Article 1, Section 8, Clause 11
[Volume 3, Page 92]
William Blackstone, Commentaries 1:249--511765
III. Upon the same principle the king has also the sole prerogative of making war and peace. For it is held by all the writers on the law of nature and nations, that the right of making war, which by nature subsisted in every individual, is given up by all private persons that enter into society, and is vested in the sovereign power: and this right is given up not only by individuals, but even by the intire body of people, that are under the dominion of a sovereign. It would indeed be extremely improper, that any number of subjects should have the power of binding the supreme magistrate, and putting him against his will in a state of war. Whatever hostilities therefore may be committed by private citizens, the state ought not to be affected thereby; unless that should justify their proceedings, and thereby become partner in the guilt. Such unauthorized voluntiers in violence are not ranked among open enemies, but are treated like pirates and robbers: according to that rule of the civil law; hostes hi sunt qui nobis, aut quibus nos, publice bellum decrevimus: caeteri latrones aut praedones sunt. And the reason which is given by Grotius, why according to the law of nations a denunciation of war ought always to precede the actual commencement of hostilities, is not so much that the enemy may be put upon his guard, (which is matter rather of magnanimity than right) but that it may be certainly clear that the war is not undertaken by private persons, but by the will of the whole community; whose right of willing is in this case transferred to the supreme magistrate by the fundamental laws of society. So that, in order to make war completely effectual, it is necessary with us in England that it be publicly declared and duly proclaimed by the king's authority; and, then, all parts of both the contending nations, from the highest to the lowest, are bound by it. And, wherever the right resides of beginning a national war, there also must reside the right of ending it, or the power of making peace. And the same check of parliamentary impeachment, for improper or inglorious conduct, in beginning, conducting, or concluding a national war, is in general sufficient to restrain the ministers of the crown from a wanton or injurious exertion of this great prerogative.
IV. But, as the delay of making war may sometimes be detrimental to individuals who have suffered by depredations from foreign potentates, our laws have in some respect armed the subject with powers to impel the prerogative; by directing the ministers of the crown to issue letters of marque and reprisal upon due demand: the prerogative of granting which is nearly related to, and plainly derived from, that other of making war; this being indeed only an incomplete state of hostilities, and generally ending in a formal denunciation of war. These letters are grantable by the law of nations, whenever the subjects of one state are oppressed and injured by those of another; and justice is denied by that state to which the oppressor belongs. In this case letters of marque and reprisal (words in themselves synonimous and signifying a taking in return) may be obtained, in order to seise the bodies or goods of the subjects of the offending state, until satisfaction [Volume 3, Page 93] be made, wherever they happen to be found. Indeed this custom of reprisals seems dictated by nature herself; and accordingly we find in the most antient times very notable instances of it. But here the necessity is obvious of calling in the sovereign power, to determine when reprisals may be made; else every private sufferer would be a judge in his own cause. And, in pursuance of this principle, it is with us declared by the statute 4 Hen. V. c. 7. that, if any subjects of the realm are oppressed in time of truce by any foreigners, the king will grant marque in due form, to all that feel themselves grieved. Which form is thus directed to be observed: the sufferer must first apply to the lord privy-seal, and he shall make out letters of request under the privy seal; and, if, after such request of satisfaction made, the party required do not within convenient time make due satisfaction or restitution to the party grieved, the lord chancellor shall make him out letters of marque under the great seal; and by virtue of these he may attack and seise the property of the aggressor nation, without hazard of being condemned as a robber or pirate.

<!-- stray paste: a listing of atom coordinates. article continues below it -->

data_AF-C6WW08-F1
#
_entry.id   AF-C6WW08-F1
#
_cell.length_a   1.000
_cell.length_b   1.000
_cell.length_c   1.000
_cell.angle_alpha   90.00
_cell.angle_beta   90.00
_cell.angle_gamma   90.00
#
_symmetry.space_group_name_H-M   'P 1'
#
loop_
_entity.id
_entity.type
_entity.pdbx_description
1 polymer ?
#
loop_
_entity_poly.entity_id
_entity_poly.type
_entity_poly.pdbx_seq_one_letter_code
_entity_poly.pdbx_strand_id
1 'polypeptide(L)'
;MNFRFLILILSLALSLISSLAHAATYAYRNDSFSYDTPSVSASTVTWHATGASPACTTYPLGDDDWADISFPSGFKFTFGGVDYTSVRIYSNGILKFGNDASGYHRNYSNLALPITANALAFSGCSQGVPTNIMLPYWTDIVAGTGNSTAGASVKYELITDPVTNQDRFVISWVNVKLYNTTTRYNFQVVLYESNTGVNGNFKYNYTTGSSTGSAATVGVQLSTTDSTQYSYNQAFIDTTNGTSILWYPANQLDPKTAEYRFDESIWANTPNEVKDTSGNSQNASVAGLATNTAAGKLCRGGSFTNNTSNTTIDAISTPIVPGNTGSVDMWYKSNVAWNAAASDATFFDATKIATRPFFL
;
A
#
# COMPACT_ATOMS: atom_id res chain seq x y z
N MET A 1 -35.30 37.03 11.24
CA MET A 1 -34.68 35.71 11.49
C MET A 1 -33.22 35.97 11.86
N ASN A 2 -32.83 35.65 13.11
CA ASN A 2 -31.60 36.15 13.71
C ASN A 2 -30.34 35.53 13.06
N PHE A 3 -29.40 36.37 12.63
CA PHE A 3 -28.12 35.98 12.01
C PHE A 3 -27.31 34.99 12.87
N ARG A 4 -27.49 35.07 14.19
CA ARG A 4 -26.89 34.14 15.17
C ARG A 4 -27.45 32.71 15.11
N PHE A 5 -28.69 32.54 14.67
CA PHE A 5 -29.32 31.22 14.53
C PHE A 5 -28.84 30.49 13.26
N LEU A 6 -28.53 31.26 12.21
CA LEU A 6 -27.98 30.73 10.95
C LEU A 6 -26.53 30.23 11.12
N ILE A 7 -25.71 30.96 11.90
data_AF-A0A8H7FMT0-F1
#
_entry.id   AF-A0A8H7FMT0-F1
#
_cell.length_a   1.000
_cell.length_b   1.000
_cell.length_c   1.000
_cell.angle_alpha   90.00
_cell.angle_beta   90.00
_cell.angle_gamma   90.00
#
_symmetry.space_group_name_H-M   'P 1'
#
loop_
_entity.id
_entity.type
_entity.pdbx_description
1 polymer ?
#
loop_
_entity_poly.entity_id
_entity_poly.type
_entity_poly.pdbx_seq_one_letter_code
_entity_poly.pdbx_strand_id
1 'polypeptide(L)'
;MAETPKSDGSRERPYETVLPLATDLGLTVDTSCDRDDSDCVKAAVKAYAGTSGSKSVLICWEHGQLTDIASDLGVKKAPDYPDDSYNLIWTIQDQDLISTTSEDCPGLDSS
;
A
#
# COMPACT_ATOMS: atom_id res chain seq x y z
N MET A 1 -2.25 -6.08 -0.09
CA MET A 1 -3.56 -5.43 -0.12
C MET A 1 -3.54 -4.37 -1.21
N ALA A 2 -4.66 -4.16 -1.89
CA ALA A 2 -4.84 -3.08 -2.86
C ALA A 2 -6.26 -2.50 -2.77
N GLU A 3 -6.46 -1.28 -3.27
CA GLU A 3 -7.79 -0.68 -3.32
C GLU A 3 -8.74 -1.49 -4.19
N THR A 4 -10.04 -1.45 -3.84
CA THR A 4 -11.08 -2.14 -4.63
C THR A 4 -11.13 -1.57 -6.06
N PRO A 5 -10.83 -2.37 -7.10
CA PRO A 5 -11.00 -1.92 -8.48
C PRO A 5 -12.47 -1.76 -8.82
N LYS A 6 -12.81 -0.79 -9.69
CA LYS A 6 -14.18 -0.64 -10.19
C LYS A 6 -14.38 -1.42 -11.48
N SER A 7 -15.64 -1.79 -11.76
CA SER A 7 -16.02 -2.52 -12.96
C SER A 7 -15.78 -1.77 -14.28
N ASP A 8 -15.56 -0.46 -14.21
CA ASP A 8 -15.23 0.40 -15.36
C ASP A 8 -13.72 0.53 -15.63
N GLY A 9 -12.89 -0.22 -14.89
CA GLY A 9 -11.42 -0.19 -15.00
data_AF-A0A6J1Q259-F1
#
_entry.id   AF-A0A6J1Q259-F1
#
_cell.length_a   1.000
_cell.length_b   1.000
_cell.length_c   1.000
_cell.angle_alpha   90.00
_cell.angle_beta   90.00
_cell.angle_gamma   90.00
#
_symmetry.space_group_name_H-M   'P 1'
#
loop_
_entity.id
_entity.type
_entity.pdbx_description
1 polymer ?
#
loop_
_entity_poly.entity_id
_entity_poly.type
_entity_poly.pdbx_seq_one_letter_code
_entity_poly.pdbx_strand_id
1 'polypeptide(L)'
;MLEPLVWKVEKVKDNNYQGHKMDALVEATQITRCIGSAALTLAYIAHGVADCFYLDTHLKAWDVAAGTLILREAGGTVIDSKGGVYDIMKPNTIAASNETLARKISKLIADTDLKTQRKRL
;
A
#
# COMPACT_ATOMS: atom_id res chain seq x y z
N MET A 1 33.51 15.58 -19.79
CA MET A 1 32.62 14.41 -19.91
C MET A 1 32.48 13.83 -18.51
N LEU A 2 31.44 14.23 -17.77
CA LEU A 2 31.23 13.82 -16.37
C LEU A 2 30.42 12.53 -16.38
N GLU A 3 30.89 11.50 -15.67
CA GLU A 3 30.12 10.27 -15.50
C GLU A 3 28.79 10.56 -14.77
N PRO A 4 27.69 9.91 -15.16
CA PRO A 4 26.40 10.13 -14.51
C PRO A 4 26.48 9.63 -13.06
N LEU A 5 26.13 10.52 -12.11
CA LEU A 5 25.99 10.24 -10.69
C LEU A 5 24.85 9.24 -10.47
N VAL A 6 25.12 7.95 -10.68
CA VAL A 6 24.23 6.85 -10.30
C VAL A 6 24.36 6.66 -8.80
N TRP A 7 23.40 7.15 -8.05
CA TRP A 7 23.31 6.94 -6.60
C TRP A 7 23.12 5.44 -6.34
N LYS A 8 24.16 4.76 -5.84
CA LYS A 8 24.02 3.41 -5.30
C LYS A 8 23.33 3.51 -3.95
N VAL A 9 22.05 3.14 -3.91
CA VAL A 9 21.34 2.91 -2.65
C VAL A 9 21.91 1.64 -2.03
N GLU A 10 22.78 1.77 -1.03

Blackstone, William. Commentaries on the Laws of England: A Facsimile of the First Edition of 1765--1769. Chicago: University of Chicago Press, 1979.
© 1987 by The University of Chicago